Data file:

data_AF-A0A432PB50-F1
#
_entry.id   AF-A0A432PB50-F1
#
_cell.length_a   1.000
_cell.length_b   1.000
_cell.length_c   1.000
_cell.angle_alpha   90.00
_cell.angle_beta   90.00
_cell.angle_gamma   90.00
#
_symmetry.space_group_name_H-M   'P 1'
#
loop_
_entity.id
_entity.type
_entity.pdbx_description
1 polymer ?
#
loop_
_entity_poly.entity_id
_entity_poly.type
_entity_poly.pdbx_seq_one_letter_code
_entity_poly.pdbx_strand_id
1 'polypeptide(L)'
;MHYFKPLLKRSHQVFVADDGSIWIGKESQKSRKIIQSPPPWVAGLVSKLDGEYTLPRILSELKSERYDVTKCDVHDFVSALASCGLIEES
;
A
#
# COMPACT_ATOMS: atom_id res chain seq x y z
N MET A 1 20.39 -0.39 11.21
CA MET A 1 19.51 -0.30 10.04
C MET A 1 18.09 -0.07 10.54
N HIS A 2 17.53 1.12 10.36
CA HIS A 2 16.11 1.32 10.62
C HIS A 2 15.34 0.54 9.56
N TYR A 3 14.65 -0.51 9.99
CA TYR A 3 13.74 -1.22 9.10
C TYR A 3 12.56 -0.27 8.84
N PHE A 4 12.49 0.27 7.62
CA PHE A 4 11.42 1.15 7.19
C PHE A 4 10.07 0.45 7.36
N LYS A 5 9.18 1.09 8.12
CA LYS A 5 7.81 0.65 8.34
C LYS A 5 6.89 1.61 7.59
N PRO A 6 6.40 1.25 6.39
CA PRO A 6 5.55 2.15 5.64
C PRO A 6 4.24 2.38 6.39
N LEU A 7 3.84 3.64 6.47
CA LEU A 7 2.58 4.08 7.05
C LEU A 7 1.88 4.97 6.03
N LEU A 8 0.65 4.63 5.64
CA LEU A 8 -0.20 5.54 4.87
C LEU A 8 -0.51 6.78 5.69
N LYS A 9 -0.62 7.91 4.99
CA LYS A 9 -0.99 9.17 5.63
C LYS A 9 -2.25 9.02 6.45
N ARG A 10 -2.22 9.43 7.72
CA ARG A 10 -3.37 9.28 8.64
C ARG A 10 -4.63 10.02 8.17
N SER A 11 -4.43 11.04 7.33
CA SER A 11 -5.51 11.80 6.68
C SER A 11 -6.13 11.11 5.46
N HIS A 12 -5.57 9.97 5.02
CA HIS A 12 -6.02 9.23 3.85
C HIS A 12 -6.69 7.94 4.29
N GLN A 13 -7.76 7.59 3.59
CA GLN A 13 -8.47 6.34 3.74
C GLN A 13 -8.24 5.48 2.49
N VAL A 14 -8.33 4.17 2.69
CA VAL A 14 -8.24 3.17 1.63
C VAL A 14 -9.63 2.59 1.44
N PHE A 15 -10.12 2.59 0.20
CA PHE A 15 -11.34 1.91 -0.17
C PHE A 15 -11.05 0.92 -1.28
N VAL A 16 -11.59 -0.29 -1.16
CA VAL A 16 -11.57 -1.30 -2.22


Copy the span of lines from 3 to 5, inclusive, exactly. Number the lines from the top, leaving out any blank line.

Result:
_entry.id   AF-A0A432PB50-F1
#
_cell.length_a   1.000